BOOK REVIEW: Duveen Brothers And the Market for Decorative Arts, 1880–1940

Duveen Brothers And the Market for Decorative Arts, 1880–1940

Charlotte Vignon

UK£44.95 / US$59.95
Hardback ISBN 978-1-911282-34-1
D Giles Limited in association with The Frick Collection, New York, 2019




The name of Duveen is well-known in the annals of the American trait of collecting European art treasures in the late 19th and early 20th centuries. Their story has previously been related in various volumes written by others, some of whom were family members or involved with the company. Understandably paintings predominated in these previous works but wonderfully at last the decorative arts get their well-deserved centre stage spot.


French 18th century furniture, tapestries, Sèvres and Chinese porcelains and medieval and Renaissance works of art were among the items sold to the eager, wealthy American collectors. Relating the story from the firm’s point of view Charlotte Vignon looks at the pricing of the objects and the Duveen’s run-ins with the US tax authorities in which Duveen succeeded and was able to continue to enhance the lives and homes of collectors such as J P Morgan, John D Rockefeller Jnr, Marjorie Merriweather Post, Anna Thomson Dodge and Henry Clay Frick. Thanks to the firm’s records and archives held at the Getty Research Institute, one gets a good understanding of how Duveen functioned in New York, London and Paris and obtained such beautiful treasures at a time when the owners of English and European family collections were selling parts of their heritage for financial reasons. The importance of the house of Duveen was reflected in 1937 when they loaned tapestries to decorate an annexe at Westminster Abbey for the Coronation of King George VI.


It’s a remarkable story of connoisseurship and reveals to present day visitors to American museums and collections how these remarkable objects came to be there. Perfect!

Manuel Osorio Manrique de Zuñiga Requests The Pleasure of Your Company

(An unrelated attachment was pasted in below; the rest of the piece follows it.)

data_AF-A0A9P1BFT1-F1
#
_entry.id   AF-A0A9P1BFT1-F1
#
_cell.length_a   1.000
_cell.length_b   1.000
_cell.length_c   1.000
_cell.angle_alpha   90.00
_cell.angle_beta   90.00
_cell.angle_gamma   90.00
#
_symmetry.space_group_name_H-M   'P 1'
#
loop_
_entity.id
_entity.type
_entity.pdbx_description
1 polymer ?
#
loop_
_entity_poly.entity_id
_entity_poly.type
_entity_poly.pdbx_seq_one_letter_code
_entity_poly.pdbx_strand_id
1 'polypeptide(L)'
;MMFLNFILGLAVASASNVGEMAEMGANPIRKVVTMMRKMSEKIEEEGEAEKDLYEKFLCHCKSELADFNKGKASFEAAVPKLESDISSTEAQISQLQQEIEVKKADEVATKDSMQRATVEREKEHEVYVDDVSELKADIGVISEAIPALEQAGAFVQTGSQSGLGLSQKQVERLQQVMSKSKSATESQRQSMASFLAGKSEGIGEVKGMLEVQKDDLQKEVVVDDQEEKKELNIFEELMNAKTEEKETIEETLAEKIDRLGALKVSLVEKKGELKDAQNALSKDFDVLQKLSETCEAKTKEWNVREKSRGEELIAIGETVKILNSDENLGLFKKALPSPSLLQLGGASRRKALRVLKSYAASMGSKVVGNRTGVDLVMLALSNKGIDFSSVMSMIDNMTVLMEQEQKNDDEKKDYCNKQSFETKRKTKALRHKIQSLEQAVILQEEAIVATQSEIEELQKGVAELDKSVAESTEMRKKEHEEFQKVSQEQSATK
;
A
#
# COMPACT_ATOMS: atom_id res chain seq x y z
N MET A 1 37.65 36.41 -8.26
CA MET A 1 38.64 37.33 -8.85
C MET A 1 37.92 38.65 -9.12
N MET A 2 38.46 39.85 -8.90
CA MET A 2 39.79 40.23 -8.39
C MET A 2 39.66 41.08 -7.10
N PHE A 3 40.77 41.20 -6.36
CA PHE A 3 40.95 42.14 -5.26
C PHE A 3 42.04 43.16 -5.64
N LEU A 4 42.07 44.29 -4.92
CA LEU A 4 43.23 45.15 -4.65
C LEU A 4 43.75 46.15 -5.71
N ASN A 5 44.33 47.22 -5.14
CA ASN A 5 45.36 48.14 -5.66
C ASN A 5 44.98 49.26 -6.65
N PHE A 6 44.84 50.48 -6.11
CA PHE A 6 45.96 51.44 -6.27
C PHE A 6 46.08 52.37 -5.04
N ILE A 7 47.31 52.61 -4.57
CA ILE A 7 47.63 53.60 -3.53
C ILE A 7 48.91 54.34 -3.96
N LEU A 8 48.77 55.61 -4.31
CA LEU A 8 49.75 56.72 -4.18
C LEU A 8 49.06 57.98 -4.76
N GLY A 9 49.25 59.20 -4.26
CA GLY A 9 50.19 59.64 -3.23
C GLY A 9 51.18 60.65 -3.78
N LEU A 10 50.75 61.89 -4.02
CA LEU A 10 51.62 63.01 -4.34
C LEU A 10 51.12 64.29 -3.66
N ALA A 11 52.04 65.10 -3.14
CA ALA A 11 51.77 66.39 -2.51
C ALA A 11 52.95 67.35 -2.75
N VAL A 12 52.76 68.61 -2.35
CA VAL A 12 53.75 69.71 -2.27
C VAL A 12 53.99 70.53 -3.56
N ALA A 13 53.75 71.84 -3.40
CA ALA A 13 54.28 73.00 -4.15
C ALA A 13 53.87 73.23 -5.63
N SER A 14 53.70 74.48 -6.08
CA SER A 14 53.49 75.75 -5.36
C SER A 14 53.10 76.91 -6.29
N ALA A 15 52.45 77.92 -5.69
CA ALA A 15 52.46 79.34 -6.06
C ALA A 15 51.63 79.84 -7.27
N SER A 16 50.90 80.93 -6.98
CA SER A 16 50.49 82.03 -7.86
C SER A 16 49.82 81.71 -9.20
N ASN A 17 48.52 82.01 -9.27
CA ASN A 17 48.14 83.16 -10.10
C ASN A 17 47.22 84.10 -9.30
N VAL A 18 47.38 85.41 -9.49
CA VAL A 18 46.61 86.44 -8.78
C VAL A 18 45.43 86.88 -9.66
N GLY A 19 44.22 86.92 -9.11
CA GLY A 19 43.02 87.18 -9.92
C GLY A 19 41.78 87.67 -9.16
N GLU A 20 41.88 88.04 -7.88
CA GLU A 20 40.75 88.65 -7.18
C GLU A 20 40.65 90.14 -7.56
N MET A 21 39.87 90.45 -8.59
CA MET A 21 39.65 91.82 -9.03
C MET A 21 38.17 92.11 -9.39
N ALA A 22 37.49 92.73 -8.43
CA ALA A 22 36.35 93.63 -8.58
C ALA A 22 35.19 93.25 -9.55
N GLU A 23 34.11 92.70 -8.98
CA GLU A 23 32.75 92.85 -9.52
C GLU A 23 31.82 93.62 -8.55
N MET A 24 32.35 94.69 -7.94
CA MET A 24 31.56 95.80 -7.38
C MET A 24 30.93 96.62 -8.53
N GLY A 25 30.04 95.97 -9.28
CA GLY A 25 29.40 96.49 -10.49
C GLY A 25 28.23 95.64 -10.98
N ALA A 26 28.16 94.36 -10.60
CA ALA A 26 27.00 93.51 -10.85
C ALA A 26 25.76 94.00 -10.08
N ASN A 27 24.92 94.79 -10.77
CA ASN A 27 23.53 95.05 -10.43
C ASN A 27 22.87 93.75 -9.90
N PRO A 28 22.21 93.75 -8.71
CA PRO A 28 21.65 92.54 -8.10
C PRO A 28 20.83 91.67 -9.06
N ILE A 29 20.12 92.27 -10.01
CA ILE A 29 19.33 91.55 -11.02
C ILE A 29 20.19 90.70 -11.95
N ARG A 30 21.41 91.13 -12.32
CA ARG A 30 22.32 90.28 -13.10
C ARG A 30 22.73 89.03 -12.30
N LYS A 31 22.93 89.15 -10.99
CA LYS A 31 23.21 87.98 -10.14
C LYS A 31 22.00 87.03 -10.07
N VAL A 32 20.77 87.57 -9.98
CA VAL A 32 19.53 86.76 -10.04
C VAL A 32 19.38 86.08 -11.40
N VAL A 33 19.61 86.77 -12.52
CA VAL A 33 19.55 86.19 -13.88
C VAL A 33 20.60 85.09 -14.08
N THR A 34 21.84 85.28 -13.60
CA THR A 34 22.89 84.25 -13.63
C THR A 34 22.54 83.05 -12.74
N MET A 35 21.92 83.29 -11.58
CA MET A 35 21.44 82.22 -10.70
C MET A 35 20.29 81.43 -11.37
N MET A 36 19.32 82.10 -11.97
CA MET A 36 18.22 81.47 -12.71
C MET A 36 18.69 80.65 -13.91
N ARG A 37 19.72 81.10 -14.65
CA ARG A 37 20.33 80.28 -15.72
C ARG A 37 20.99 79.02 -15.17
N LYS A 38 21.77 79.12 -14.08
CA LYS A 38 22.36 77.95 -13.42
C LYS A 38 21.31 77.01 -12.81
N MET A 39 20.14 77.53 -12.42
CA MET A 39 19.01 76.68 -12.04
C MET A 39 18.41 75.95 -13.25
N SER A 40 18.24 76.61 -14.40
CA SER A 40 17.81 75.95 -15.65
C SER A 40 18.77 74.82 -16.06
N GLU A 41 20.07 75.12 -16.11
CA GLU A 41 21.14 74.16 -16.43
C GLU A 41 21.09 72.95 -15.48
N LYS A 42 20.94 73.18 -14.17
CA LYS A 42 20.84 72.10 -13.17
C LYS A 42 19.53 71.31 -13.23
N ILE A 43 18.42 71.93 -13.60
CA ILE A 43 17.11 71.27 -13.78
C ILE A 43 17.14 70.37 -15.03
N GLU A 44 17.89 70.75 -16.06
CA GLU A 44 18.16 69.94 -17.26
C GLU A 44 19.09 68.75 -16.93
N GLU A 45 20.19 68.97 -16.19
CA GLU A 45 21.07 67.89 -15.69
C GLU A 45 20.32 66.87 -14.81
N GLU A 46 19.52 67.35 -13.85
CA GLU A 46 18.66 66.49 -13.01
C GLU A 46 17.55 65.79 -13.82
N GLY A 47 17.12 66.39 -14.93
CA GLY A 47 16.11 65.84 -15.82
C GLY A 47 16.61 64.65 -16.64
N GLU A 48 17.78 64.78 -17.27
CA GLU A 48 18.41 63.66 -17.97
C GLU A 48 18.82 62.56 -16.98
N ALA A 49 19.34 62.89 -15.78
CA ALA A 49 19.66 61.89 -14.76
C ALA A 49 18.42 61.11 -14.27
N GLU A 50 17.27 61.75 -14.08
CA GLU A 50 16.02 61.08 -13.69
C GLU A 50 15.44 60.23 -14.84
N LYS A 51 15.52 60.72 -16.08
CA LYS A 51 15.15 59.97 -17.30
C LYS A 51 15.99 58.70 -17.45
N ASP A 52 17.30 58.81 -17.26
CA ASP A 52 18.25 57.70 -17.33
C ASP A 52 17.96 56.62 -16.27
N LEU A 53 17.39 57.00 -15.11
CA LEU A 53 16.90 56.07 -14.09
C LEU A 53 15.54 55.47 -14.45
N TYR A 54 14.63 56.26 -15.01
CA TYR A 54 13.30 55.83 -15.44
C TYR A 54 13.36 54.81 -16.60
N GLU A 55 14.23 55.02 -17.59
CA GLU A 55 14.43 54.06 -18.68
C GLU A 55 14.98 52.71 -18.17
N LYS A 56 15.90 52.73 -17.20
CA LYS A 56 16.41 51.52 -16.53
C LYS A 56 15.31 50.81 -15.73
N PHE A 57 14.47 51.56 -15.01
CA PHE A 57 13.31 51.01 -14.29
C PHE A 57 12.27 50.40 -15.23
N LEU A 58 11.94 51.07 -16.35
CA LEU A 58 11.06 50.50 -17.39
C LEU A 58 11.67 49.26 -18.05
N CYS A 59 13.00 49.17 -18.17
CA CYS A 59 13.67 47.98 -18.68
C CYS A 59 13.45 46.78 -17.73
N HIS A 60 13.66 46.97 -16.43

GOYA: THE PORTRAITS, The National Gallery, Trafalgar Square, London WC2, until 10thJanuary 2016

One of the pictures in this show is well-known to me through my interest in interior decoration.  It is the famous portrait of Manuel Osorio Manrique de Zuñiga, who in this exhibition is reunited with Goya’s portraits of his father and mother and sister.

Francisco de Goya Manuel Osorio Manrique de Zuñiga 1788 Oil on canvas 127 x 101.6 cm Lent by The Metropolitan Museum of Art, The Jules Bache Collection, 1949 (49.7.41) © The Metropolitan Museum of Art, New York

Francisco de Goya
Manuel Osorio Manrique de Zuñiga
Oil on canvas
127 x 101.6 cm
Lent by The Metropolitan Museum of Art, The Jules Bache Collection, 1949 (49.7.41)
© The Metropolitan Museum of Art, New York

The portrait was bought from the famed art dealer Joseph Duveen by the American banker Jules S Bache in 1926 and it is believed that his daughter Kathryn was the driving force behind this purchase.  The latter was better known as Kitty Miller, wife of the renowned theatre producer Gilbert Miller, and she employed the noted designer Billy Baldwin to decorate their homes in New York, London and Mallorca.

It is her New York home that is the focus of this story for when Bache donated his collection to the Metropolitan Museum of Art in 1949 there was a specific condition and that was that the picture could hang in Kitty’s drawing room for half the year.  In his book Billy Baldwin Remembers Baldwin recalls that when the painting was first hung in the drawing room the Millers sent out cocktail party invitations to New York society to come and meet Don Manuel Osorio de Zuñiga. So each year it hung there to Kitty’s great delight until her death in 1979, although in Legendary Decorators of the 20th Century, the famous interior decorator Mark Hampton says that “As she grew older, it became annually more difficult for the Met to get the painting back”.

Well, one can totally understand why she had such affection for this painting and now it is our turn to go and meet him.  While there are no cocktails being served there is the delicious treat of seeing more than sixty of Goya’s remarkable portraits.  It is such a good show you will most likely want to visit more than once – just like visiting the Miller’s!